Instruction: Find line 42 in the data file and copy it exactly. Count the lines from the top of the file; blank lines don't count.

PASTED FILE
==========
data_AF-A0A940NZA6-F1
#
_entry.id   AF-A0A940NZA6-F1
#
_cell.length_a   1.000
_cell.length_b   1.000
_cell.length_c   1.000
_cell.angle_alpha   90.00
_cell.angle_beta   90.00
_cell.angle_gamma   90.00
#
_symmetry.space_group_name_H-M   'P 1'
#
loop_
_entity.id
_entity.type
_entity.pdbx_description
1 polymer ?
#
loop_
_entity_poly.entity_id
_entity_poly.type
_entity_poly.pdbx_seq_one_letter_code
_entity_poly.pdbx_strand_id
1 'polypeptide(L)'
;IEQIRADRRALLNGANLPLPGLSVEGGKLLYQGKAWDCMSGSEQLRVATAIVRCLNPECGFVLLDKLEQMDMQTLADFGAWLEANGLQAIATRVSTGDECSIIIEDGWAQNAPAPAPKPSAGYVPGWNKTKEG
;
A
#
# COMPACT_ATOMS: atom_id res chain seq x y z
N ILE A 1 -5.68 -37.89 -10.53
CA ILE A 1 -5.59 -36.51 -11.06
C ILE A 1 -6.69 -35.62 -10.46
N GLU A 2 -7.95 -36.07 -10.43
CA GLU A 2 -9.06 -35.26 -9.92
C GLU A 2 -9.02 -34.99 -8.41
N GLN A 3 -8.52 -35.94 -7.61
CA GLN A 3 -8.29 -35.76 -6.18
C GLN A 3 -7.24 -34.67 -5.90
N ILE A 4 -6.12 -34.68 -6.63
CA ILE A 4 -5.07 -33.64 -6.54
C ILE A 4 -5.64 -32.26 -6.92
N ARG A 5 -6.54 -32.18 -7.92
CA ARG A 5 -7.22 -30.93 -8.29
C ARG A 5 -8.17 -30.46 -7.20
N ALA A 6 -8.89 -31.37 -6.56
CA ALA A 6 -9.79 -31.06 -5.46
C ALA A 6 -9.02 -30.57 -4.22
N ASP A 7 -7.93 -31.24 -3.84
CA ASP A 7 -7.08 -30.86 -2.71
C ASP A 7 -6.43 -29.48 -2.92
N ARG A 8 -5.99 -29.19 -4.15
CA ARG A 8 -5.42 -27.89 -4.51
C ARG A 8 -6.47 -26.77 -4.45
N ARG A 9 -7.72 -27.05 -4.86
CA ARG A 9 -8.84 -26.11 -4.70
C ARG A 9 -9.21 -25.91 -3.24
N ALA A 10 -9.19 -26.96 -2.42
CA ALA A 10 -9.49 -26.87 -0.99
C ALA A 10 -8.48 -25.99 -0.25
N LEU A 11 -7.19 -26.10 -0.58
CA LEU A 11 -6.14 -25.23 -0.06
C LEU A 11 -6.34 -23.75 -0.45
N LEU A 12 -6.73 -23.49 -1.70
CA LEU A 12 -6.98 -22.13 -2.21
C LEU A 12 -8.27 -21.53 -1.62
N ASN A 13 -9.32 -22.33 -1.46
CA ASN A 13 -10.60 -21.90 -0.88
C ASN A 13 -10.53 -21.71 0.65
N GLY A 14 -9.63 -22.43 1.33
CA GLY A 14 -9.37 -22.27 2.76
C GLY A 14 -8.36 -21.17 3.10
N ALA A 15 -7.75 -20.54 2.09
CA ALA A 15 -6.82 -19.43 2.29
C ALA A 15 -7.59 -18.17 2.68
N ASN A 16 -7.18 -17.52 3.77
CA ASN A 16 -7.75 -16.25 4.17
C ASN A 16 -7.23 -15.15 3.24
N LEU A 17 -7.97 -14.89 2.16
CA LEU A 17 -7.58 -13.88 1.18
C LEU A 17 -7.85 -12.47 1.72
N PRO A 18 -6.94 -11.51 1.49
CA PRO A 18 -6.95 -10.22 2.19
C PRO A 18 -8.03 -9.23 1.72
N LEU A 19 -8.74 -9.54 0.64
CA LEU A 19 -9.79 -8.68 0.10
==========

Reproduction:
C ILE A 4 -5.64 -32.26 -6.92